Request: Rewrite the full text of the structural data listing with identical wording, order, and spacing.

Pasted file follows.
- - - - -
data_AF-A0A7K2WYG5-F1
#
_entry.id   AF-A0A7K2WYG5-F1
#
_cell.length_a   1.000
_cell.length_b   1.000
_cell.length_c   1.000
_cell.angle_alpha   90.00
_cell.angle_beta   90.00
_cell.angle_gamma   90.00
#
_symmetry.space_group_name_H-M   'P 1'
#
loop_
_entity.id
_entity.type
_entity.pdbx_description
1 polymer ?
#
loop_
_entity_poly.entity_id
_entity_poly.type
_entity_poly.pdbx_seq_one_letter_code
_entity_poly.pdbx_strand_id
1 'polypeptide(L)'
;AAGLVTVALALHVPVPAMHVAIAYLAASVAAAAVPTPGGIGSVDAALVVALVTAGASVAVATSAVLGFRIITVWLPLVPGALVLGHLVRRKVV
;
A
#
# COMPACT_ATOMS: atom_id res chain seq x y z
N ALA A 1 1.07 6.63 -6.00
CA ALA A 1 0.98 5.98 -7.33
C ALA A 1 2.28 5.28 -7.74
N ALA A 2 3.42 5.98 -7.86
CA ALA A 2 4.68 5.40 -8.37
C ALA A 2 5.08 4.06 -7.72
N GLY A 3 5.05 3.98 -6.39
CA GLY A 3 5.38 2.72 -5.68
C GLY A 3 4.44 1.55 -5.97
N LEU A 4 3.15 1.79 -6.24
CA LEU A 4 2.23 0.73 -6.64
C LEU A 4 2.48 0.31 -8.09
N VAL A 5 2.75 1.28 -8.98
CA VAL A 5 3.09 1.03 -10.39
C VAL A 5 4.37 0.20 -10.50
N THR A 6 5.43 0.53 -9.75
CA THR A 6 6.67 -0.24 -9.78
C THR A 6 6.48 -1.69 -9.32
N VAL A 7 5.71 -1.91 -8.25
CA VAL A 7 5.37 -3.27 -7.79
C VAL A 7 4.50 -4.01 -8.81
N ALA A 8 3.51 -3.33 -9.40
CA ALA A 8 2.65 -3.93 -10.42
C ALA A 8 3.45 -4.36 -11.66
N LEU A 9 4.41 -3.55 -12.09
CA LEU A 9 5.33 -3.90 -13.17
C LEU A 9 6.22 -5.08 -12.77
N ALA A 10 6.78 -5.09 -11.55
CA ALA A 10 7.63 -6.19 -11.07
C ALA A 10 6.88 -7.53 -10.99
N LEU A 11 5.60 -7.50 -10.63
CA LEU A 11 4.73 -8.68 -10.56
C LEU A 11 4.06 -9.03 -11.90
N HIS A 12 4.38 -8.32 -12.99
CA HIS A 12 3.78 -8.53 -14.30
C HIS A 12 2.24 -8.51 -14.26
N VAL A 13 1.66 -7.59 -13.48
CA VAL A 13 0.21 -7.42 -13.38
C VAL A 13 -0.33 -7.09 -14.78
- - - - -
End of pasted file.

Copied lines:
data_AF-A0A7K2WYG5-F1
#
_entry.id   AF-A0A7K2WYG5-F1
#
_cell.length_a   1.000
_cell.length_b   1.000
_cell.length_c   1.000
_cell.angle_alpha   90.00
_cell.angle_beta   90.00
_cell.angle_gamma   90.00
#
_symmetry.space_group_name_H-M   'P 1'
#
loop_
_entity.id
_entity.type
_entity.pdbx_description
1 polymer ?
#
loop_
_entity_poly.entity_id
_entity_poly.type
_entity_poly.pdbx_seq_one_letter_code
_entity_poly.pdbx_strand_id
1 'polypeptide(L)'
;AAGLVTVALALHVPVPAMHVAIAYLAASVAAAAVPTPGGIGSVDAALVVALVTAGASVAVATSAVLGFRIITVWLPLVPGALVLGHLVRRKVV
;
A
#
# COMPACT_ATOMS: atom_id res chain seq x y z
N ALA A 1 1.07 6.63 -6.00
CA ALA A 1 0.98 5.98 -7.33
C ALA A 1 2.28 5.28 -7.74
N ALA A 2 3.42 5.98 -7.86
CA ALA A 2 4.68 5.40 -8.37
C ALA A 2 5.08 4.06 -7.72
N GLY A 3 5.05 3.98 -6.39
CA GLY A 3 5.38 2.72 -5.68
C GLY A 3 4.44 1.55 -5.97
N LEU A 4 3.15 1.79 -6.24
CA LEU A 4 2.23 0.73 -6.64
C LEU A 4 2.48 0.31 -8.09
N VAL A 5 2.75 1.28 -8.98
CA VAL A 5 3.09 1.03 -10.39
C VAL A 5 4.37 0.20 -10.50
N THR A 6 5.43 0.53 -9.75
CA THR A 6 6.67 -0.24 -9.78
C THR A 6 6.48 -1.69 -9.32
N VAL A 7 5.71 -1.91 -8.25
CA VAL A 7 5.37 -3.27 -7.79
C VAL A 7 4.50 -4.01 -8.81
N ALA A 8 3.51 -3.33 -9.40
CA ALA A 8 2.65 -3.93 -10.42
C ALA A 8 3.45 -4.36 -11.66
N LEU A 9 4.41 -3.55 -12.09
CA LEU A 9 5.33 -3.90 -13.17
C LEU A 9 6.22 -5.08 -12.77
N ALA A 10 6.78 -5.09 -11.55
CA ALA A 10 7.63 -6.19 -11.07
C ALA A 10 6.88 -7.53 -10.99
N LEU A 11 5.60 -7.50 -10.63
CA LEU A 11 4.73 -8.68 -10.56
C LEU A 11 4.06 -9.03 -11.90
N HIS A 12 4.38 -8.32 -12.99
CA HIS A 12 3.78 -8.53 -14.30
C HIS A 12 2.24 -8.51 -14.26
N VAL A 13 1.66 -7.59 -13.48
CA VAL A 13 0.21 -7.42 -13.38
C VAL A 13 -0.33 -7.09 -14.78